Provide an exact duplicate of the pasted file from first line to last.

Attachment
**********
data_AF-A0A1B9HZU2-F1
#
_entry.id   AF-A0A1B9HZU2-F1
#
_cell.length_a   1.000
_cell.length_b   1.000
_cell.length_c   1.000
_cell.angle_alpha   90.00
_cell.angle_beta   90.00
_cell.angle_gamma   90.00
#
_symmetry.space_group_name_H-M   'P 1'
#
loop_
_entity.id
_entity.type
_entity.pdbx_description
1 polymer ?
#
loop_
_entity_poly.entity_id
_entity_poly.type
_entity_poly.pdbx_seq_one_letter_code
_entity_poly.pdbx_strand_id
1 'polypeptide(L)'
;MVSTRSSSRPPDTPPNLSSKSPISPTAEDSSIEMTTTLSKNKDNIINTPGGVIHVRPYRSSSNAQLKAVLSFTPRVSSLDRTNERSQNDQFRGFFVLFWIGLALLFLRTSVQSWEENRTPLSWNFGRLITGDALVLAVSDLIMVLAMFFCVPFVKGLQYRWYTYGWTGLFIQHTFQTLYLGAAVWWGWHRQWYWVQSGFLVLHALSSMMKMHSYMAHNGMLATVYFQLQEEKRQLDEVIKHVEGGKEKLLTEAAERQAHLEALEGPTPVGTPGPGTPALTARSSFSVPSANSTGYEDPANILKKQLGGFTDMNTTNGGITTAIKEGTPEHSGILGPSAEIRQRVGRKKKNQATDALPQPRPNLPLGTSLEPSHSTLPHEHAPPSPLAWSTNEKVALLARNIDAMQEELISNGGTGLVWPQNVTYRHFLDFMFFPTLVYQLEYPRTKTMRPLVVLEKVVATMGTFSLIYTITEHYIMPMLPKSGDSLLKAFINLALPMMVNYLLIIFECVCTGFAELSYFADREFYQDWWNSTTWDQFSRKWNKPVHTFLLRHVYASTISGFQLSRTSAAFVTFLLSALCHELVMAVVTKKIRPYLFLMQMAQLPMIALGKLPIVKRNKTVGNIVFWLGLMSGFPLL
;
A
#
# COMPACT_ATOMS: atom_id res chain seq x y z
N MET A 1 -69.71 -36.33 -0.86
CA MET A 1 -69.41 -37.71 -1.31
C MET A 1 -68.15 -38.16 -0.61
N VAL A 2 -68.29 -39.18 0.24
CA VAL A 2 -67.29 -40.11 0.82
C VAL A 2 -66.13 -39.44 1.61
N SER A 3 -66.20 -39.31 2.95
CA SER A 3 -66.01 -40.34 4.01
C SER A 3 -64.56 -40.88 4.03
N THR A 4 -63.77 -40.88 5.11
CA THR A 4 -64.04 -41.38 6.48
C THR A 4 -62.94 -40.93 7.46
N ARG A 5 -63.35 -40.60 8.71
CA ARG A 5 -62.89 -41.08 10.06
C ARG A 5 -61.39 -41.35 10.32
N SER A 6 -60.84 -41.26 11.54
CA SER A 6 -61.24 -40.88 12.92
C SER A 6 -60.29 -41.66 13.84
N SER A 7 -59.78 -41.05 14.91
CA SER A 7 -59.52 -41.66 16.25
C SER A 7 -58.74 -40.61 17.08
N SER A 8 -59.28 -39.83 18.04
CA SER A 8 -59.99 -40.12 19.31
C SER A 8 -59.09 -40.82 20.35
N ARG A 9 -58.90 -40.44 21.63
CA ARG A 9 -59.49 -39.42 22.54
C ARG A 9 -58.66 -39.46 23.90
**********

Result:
data_AF-A0A1B9HZU2-F1
#
_entry.id   AF-A0A1B9HZU2-F1
#
_cell.length_a   1.000
_cell.length_b   1.000
_cell.length_c   1.000
_cell.angle_alpha   90.00
_cell.angle_beta   90.00
_cell.angle_gamma   90.00
#
_symmetry.space_group_name_H-M   'P 1'
#
loop_
_entity.id
_entity.type
_entity.pdbx_description
1 polymer ?
#
loop_
_entity_poly.entity_id
_entity_poly.type
_entity_poly.pdbx_seq_one_letter_code
_entity_poly.pdbx_strand_id
1 'polypeptide(L)'
;MVSTRSSSRPPDTPPNLSSKSPISPTAEDSSIEMTTTLSKNKDNIINTPGGVIHVRPYRSSSNAQLKAVLSFTPRVSSLDRTNERSQNDQFRGFFVLFWIGLALLFLRTSVQSWEENRTPLSWNFGRLITGDALVLAVSDLIMVLAMFFCVPFVKGLQYRWYTYGWTGLFIQHTFQTLYLGAAVWWGWHRQWYWVQSGFLVLHALSSMMKMHSYMAHNGMLATVYFQLQEEKRQLDEVIKHVEGGKEKLLTEAAERQAHLEALEGPTPVGTPGPGTPALTARSSFSVPSANSTGYEDPANILKKQLGGFTDMNTTNGGITTAIKEGTPEHSGILGPSAEIRQRVGRKKKNQATDALPQPRPNLPLGTSLEPSHSTLPHEHAPPSPLAWSTNEKVALLARNIDAMQEELISNGGTGLVWPQNVTYRHFLDFMFFPTLVYQLEYPRTKTMRPLVVLEKVVATMGTFSLIYTITEHYIMPMLPKSGDSLLKAFINLALPMMVNYLLIIFECVCTGFAELSYFADREFYQDWWNSTTWDQFSRKWNKPVHTFLLRHVYASTISGFQLSRTSAAFVTFLLSALCHELVMAVVTKKIRPYLFLMQMAQLPMIALGKLPIVKRNKTVGNIVFWLGLMSGFPLL
;
A
#
# COMPACT_ATOMS: atom_id res chain seq x y z
N MET A 1 -69.71 -36.33 -0.86
CA MET A 1 -69.41 -37.71 -1.31
C MET A 1 -68.15 -38.16 -0.61
N VAL A 2 -68.29 -39.18 0.24
CA VAL A 2 -67.29 -40.11 0.82
C VAL A 2 -66.13 -39.44 1.61
N SER A 3 -66.20 -39.31 2.95
CA SER A 3 -66.01 -40.34 4.01
C SER A 3 -64.56 -40.88 4.03
N THR A 4 -63.77 -40.88 5.11
CA THR A 4 -64.04 -41.38 6.48
C THR A 4 -62.94 -40.93 7.46
N ARG A 5 -63.35 -40.60 8.71
CA ARG A 5 -62.89 -41.08 10.06
C ARG A 5 -61.39 -41.35 10.32
N SER A 6 -60.84 -41.26 11.54
CA SER A 6 -61.24 -40.88 12.92
C SER A 6 -60.29 -41.66 13.84
N SER A 7 -59.78 -41.05 14.91
CA SER A 7 -59.52 -41.66 16.25
C SER A 7 -58.74 -40.61 17.08
N SER A 8 -59.28 -39.83 18.04
CA SER A 8 -59.99 -40.12 19.31
C SER A 8 -59.09 -40.82 20.35
N ARG A 9 -58.90 -40.44 21.63
CA ARG A 9 -59.49 -39.42 22.54
C ARG A 9 -58.66 -39.46 23.90